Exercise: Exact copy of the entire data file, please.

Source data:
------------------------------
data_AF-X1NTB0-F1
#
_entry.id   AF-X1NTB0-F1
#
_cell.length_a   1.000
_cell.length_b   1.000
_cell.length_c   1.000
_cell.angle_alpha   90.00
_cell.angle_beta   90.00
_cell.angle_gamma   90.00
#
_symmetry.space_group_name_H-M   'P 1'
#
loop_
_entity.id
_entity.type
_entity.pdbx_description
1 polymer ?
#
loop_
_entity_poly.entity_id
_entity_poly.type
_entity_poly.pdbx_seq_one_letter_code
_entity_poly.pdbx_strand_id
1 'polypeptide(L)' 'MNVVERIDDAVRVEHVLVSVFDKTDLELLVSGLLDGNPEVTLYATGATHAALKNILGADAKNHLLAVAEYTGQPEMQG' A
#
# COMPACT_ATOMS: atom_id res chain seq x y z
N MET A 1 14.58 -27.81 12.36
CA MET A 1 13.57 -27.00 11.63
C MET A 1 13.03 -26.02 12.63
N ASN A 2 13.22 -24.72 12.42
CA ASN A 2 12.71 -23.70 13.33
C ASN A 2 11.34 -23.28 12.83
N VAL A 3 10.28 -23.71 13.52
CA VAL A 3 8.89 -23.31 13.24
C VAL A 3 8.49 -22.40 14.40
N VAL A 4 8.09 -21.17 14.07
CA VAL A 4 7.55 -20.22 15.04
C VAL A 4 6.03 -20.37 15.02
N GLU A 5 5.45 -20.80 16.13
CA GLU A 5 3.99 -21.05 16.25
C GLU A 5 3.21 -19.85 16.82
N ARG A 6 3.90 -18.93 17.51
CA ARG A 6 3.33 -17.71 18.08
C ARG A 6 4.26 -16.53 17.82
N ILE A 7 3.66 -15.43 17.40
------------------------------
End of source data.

data_AF-X1NTB0-F1
#
_entry.id   AF-X1NTB0-F1
#
_cell.length_a   1.000
_cell.length_b   1.000
_cell.length_c   1.000
_cell.angle_alpha   90.00
_cell.angle_beta   90.00
_cell.angle_gamma   90.00
#
_symmetry.space_group_name_H-M   'P 1'
#
loop_
_entity.id
_entity.type
_entity.pdbx_description
1 polymer ?
#
loop_
_entity_poly.entity_id
_entity_poly.type
_entity_poly.pdbx_seq_one_letter_code
_entity_poly.pdbx_strand_id
1 'polypeptide(L)' 'MNVVERIDDAVRVEHVLVSVFDKTDLELLVSGLLDGNPEVTLYATGATHAALKNILGADAKNHLLAVAEYTGQPEMQG' A
#
# COMPACT_ATOMS: atom_id res chain seq x y z
N MET A 1 14.58 -27.81 12.36
CA MET A 1 13.57 -27.00 11.63
C MET A 1 13.03 -26.02 12.63
N ASN A 2 13.22 -24.72 12.42
CA ASN A 2 12.71 -23.70 13.33
C ASN A 2 11.34 -23.28 12.83
N VAL A 3 10.28 -23.71 13.52
CA VAL A 3 8.89 -23.31 13.24
C VAL A 3 8.49 -22.40 14.40
N VAL A 4 8.09 -21.17 14.07
CA VAL A 4 7.55 -20.22 15.04
C VAL A 4 6.03 -20.37 15.02
N GLU A 5 5.45 -20.80 16.13
CA GLU A 5 3.99 -21.05 16.25
C GLU A 5 3.21 -19.85 16.82
N ARG A 6 3.90 -18.93 17.51
CA ARG A 6 3.33 -17.71 18.08
C ARG A 6 4.26 -16.53 17.82
N ILE A 7 3.66 -15.43 17.40